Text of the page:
Slip into Dan Bylsma's shoes for a moment.
You're the first-time coach in charge of a team which plays at the highest level of hockey. You've had no time to work with the players now under your charge -- you're practically playing games before you've held your first team practice. The club is talented beyond belief but still finds itself in a win-or-go-home position. They came up just short of the ultimate goal the last time out, and now you've been tasked with taking them back and keeping them out of the runner's up circle. Oh, and the pressure is immense, unlike anything you've run into before.
Sound like the Olympics? Sure. And a bit like 2009.
To be certain, sitting at the helm of the USA Men's Hockey team is a bit different than when Bylsma took over for Michel Therrien's languishing Penguins back in 2009, his first job as an NHL bench boss. But there is something familiar to this tournament for Bylsma and the Americans, isn't there?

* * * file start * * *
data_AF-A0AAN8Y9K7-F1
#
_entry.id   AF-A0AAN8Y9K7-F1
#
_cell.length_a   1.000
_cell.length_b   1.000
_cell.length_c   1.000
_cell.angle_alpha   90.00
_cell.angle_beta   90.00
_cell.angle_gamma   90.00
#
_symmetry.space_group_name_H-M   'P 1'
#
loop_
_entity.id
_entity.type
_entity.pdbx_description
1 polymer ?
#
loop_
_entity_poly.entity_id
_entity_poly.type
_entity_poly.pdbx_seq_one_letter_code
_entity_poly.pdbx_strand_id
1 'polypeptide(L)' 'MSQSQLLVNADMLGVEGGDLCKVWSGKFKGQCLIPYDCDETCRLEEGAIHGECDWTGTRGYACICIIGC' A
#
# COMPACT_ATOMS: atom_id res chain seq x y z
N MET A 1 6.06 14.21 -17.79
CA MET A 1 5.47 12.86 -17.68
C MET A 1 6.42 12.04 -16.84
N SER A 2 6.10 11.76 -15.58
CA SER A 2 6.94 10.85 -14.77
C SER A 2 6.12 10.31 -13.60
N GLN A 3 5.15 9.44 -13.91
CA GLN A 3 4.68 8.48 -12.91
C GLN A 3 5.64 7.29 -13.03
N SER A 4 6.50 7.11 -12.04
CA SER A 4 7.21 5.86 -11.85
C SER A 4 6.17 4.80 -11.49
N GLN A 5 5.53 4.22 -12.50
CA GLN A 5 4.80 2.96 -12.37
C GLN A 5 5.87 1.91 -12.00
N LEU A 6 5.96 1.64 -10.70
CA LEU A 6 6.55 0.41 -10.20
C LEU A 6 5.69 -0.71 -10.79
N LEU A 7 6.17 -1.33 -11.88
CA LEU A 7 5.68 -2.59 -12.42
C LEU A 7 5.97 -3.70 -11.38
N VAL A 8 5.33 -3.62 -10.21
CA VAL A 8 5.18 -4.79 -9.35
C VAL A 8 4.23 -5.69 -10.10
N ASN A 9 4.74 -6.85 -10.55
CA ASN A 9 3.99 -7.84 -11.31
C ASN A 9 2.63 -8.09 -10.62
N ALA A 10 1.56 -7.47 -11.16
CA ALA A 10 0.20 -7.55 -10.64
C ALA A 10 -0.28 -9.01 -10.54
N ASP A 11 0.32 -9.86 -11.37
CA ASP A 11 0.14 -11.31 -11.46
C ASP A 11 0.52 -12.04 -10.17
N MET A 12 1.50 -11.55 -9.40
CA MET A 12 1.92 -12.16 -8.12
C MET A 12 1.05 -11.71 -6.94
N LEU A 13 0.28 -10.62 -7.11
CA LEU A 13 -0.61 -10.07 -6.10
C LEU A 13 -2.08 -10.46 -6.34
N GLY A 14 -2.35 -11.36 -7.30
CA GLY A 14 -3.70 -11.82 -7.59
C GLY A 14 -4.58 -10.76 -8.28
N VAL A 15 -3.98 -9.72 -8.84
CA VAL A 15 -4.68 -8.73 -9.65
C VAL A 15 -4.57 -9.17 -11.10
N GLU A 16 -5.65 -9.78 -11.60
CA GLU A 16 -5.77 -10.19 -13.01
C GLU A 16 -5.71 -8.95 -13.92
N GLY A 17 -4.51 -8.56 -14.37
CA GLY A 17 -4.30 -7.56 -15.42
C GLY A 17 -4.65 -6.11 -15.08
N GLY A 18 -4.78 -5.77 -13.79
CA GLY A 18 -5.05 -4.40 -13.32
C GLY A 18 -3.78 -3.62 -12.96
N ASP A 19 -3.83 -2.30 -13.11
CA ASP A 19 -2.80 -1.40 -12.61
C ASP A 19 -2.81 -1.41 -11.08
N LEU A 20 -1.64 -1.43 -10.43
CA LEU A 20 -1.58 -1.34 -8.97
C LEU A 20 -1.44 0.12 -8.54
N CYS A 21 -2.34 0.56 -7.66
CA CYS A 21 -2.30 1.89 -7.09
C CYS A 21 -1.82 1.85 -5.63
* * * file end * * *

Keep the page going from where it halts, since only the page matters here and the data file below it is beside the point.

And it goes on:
Bylsma took over the Penguins in February 2009. The team sat in 10th place. They were 27-25-5 and sliding. With 25 games left, Bylsma took the team from tenth in the conference and outside the playoff bubble to a first-round home playoff seeding.
It was a quick turnaround. Bylsma was coaching his first NHL game before he could hold his first team practice -- never mind a full training camp.
It took only a handful of games before Bylsma's Penguins were back on the winning track. They went 18-3-4 in his first 25 games behind the bench, jumping from 10th to 4th place in the East. They survived the top-seeded Capitals and league-juggernaut Red Wings en route to the Championship. One of hockey's youngest teams, led by its youngest head coach, bested the toughest tournament in sports.
That's an all-time kind of quick success. And while Team USA entered these games without the burden of overcoming a poor record, the potential for similarly big things out of this group is evident at this year's games.